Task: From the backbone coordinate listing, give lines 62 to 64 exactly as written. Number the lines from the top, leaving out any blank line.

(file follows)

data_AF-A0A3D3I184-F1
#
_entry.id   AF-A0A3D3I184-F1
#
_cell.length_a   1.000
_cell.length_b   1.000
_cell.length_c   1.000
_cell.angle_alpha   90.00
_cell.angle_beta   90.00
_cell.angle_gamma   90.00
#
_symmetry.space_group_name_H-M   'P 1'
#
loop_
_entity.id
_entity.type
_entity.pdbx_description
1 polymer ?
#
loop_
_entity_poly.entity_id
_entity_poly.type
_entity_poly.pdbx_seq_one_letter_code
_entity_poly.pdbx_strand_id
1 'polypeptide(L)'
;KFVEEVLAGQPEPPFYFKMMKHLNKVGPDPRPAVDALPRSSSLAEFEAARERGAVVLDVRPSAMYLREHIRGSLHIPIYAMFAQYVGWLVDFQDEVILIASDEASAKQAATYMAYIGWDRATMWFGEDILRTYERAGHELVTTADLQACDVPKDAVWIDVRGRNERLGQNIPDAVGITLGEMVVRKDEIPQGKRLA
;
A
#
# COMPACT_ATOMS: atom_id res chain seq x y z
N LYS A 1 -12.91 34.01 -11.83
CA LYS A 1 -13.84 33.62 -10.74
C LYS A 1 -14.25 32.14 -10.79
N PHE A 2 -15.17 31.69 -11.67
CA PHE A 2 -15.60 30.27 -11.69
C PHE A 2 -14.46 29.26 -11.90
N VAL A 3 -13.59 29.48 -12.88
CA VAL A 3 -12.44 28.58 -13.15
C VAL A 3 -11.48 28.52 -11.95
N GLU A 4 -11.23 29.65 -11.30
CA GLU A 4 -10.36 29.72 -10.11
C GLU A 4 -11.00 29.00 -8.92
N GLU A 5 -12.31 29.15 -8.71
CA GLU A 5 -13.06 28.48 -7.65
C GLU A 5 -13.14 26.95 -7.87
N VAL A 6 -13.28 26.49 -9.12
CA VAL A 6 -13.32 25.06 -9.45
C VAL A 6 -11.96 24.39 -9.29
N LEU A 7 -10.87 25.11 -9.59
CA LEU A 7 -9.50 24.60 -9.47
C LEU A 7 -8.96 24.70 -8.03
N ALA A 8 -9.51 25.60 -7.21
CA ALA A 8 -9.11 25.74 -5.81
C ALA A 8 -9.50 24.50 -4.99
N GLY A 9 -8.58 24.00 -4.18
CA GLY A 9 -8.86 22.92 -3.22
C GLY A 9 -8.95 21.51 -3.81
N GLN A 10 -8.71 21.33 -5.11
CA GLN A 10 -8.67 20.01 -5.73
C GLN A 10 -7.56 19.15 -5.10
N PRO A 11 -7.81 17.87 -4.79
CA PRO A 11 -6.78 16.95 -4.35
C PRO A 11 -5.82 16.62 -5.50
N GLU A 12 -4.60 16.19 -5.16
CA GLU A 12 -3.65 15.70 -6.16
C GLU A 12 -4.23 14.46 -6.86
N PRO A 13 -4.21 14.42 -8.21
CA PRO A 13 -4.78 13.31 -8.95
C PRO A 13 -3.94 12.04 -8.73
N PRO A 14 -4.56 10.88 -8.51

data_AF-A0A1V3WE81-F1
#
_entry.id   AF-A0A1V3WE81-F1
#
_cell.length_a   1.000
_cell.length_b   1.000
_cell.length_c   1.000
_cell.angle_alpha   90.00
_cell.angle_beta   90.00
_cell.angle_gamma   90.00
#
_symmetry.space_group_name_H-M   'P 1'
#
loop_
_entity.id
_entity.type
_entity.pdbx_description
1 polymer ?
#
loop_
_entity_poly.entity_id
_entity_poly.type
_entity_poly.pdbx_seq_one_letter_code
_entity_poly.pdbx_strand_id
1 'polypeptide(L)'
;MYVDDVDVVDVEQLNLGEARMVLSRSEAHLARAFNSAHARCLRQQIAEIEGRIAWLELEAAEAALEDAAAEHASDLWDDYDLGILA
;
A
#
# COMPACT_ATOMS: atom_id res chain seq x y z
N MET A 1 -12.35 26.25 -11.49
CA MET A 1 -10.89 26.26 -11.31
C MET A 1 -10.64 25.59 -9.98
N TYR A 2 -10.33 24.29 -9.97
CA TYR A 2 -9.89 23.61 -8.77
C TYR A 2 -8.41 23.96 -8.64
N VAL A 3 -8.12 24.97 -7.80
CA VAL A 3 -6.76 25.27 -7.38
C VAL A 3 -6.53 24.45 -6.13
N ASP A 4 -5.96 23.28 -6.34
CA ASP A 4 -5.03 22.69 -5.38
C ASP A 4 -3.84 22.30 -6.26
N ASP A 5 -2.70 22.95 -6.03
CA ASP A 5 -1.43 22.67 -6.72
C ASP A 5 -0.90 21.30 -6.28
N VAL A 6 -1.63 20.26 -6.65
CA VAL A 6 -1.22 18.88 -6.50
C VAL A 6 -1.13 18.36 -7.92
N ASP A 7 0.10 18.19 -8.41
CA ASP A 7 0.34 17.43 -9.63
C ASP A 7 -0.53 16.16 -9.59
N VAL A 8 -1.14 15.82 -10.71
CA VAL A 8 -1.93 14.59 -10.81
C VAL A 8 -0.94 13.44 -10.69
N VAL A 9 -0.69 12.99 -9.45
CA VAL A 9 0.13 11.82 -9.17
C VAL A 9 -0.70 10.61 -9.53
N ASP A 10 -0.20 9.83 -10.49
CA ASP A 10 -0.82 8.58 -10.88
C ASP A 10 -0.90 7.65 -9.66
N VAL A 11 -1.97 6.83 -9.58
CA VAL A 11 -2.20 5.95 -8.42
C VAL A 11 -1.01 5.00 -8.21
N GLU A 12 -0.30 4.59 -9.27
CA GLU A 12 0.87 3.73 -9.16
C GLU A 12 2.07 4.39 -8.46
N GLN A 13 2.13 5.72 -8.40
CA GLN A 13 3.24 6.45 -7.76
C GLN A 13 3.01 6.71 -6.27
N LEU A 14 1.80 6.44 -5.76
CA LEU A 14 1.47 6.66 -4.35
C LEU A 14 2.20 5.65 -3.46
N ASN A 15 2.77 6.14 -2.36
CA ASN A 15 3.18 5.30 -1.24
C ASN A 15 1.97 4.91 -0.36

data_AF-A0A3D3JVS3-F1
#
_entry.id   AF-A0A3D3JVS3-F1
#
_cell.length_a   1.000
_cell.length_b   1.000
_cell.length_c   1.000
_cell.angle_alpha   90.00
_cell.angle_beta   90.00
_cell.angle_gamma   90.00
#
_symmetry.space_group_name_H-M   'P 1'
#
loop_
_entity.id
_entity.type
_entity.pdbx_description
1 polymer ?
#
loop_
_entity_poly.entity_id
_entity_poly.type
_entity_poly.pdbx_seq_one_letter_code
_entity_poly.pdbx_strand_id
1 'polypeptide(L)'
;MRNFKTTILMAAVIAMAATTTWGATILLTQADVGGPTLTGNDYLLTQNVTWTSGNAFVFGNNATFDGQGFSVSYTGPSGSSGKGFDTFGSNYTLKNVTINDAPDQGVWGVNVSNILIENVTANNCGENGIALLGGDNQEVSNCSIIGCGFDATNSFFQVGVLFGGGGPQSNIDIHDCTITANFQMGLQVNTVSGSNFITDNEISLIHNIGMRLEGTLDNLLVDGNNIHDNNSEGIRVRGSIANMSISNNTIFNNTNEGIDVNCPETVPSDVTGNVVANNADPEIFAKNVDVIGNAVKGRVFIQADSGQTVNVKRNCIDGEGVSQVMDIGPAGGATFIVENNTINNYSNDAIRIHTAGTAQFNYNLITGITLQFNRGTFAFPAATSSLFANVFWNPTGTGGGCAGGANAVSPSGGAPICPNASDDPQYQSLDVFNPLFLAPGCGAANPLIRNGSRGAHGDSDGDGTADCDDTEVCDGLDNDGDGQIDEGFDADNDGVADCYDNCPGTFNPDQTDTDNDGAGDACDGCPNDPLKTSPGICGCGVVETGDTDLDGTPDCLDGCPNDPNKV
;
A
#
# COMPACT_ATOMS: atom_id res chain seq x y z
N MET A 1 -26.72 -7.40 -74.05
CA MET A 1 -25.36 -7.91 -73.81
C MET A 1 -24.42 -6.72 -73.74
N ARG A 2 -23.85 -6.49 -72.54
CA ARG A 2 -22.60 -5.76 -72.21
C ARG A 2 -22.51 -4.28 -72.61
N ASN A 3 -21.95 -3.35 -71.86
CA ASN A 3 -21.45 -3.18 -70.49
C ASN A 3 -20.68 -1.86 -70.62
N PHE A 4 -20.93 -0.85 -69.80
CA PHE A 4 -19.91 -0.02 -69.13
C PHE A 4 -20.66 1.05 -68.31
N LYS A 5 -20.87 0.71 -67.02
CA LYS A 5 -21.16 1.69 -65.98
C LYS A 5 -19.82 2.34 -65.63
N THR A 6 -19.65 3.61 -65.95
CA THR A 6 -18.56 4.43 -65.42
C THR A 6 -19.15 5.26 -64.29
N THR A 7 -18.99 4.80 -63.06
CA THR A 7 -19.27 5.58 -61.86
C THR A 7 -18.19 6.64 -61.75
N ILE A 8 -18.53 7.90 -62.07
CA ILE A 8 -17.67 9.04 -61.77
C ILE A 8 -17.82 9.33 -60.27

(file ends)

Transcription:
CA PRO A 11 -6.78 16.95 -4.35
C PRO A 11 -5.82 16.62 -5.50
N GLU A 12 -4.60 16.19 -5.16